Sunday, January 06, 2008

The Truth About Topfreedom in Columbus, Ohio


Every summer in Columbus, Ohio, women take off their shirts and have their breasts painted at the ComFest music event at Goodale Park in the heart of the city. On the Comfest web site, the rules warn that any "inappropriate behavior" towards women who choose to go shirtless is not acceptable, and advises people to "chill, dude, they're just boobs."

Although I cannot find the exact ruling online, apparently several years ago a woman was arrested for being topfree in Columbus, and the courts threw out the case because the law prohibits the exposure of genitalia, and it was ruled that breasts were not private parts. Since then, women who exercise their topfree equality with men are not bothered by the police.

The topfreedom issue has been a well-kept secret in Columbus. Outside of some mentions here and there by topfree advocates, or some news coverage of the ComFest event, the general population does not know that women can legally expose their breasts the same as men in Central Ohio. Recently all that changed when a firefighter was arrested for indecent exposure when he showed his penis to a woman sunbathing topfree in Berliner Park. The arrest in May created slight local news interest, but it was the conviction in November and the subsequent claims of entrapment that have elevated the story internationally.

Make no mistake, this is a complicated issue and I am not a lawyer, but I do feel that the incident does have importance as a nudist or topfree issue, simply because the police not only allowed the women to sunbathe topfree for several days, they actually protected her right to do so by arresting a man who allegedly harrassed her sexually.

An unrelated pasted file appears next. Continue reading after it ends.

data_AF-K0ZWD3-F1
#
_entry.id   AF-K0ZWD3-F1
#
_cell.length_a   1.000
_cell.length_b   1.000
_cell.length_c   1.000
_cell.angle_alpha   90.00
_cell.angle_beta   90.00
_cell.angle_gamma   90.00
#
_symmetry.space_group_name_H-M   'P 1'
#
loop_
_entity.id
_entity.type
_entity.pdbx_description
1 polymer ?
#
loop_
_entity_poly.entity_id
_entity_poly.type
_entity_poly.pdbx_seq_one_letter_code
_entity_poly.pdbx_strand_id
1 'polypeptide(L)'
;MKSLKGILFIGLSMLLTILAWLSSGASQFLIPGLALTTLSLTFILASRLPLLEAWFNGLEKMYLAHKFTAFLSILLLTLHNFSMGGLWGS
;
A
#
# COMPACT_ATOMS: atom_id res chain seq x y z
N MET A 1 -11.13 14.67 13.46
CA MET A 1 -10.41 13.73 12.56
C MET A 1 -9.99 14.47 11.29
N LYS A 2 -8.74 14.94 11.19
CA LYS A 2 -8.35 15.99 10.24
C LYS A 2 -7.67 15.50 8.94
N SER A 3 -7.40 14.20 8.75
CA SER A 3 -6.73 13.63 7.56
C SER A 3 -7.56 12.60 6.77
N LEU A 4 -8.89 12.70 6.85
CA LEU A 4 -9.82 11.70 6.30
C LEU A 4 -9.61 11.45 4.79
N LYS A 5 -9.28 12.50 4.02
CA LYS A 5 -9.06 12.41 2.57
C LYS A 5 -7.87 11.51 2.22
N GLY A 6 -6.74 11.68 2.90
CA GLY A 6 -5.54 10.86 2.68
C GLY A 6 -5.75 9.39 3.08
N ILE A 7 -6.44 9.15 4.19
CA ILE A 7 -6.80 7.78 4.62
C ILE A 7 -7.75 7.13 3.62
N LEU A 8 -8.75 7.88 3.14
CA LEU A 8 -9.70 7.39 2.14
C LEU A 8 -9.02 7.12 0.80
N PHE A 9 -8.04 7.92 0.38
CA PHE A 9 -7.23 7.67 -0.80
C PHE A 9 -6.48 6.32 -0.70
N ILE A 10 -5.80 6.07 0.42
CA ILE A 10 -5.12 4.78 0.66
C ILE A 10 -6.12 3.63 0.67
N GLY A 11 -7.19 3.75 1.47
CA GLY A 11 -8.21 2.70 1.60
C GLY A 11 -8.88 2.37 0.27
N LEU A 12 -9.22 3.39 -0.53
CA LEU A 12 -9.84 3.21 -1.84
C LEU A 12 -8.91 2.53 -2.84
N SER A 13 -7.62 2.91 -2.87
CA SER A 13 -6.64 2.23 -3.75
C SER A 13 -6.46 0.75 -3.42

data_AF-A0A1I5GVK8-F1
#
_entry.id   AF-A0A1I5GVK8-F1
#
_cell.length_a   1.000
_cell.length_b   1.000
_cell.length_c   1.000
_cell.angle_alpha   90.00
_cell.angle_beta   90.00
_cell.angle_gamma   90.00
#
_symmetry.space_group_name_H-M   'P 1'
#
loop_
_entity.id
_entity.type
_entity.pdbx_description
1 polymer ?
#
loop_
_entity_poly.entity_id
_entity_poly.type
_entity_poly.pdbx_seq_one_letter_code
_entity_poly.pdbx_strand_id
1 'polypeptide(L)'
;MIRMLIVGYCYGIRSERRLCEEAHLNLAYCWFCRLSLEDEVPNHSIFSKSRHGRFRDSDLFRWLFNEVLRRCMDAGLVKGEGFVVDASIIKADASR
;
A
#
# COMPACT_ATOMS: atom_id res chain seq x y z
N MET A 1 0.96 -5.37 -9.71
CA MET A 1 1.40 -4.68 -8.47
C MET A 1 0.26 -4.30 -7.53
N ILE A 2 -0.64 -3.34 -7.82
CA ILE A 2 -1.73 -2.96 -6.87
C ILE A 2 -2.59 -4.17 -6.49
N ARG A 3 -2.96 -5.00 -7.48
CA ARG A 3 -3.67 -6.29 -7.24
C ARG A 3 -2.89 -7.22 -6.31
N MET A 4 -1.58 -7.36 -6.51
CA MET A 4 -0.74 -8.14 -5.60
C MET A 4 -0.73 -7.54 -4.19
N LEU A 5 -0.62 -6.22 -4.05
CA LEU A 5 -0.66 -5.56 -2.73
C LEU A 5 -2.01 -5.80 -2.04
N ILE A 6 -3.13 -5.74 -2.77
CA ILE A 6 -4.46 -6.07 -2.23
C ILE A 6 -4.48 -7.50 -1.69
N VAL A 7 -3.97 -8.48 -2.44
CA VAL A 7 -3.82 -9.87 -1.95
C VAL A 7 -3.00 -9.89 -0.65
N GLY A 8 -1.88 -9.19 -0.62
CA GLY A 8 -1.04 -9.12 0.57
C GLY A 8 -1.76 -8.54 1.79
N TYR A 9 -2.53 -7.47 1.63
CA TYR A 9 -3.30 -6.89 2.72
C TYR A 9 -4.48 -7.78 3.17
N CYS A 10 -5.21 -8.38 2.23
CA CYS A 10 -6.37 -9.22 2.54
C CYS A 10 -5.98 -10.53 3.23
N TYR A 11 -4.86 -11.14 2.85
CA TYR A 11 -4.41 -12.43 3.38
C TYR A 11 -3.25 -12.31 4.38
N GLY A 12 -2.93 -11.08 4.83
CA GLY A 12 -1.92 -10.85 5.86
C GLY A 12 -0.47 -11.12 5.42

The story made national news when ABC ran a story about the incident, calling it a "sting operation", insinuating that the woman was employed by the police. Later, ABC was forced to clarify their story with the following statement: "The sunbathing woman is not affiliated with the police department and she was not asked to take part in the sting operation, according to a spokesperson for the department." Today, the original link to the ABC story no longer works, and a search of the ABC News website appears to show that the story has been permanently removed. Reason still has most of the text from the article online.

Even the Topfree Equal Rights Association has the story wrong in it's December 28, 2007 post, insisting that "it's likely the woman co-operated with police", when there is absolutely no evidence to support this conclusion.

Whatever the intent of the woman, or of the firefighter, or of the police, the fact remains that a woman sunbathing topfree in a public park was allowed her equality, day after day, even after a detective said that she "had become a spectacle". The only action police took was to ask her to move to the back of the park, which she did, but men still kept driving by to take a look at her.

The bottom line is this: women should be allowed topfree equality the same as men. It's an equal rights issue. And, like the incident in Columbus, anyone interfering with that right should be the one punished for bad behavior. Women should not be denied equal rights simply based on the supposition that men will behave badly when exposed to bare female breasts, or that someone might find such exposure "offensive".

I often wonder why topfree advocates do not take advantage of the laws in Columbus. At ComFest I have never seen representatives from TERA, AANR or TNS at any of the booths. Instead of only showing up at trouble spots, such as Huntington Beach or Brattleboro, body freedom advocacy groups need to organize in law-friendly areas. A little organization in a city like Columbus could bring out more women to participate in topfree activities, and spark some wider acceptance of topfreedom elsewhere.

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1 comment:

Mike said...

Excellent reporting!

One worry at Mazo Beach is that drawing attention also draws opposition. They try to stay under-the-radar in order to survive. If lots of women start baring it all in Columbus, you can bet that the religious forces will be there too.

I concur with your observation -- it's easier to swim upstream when there isn't much current. You should drop them a link to this post.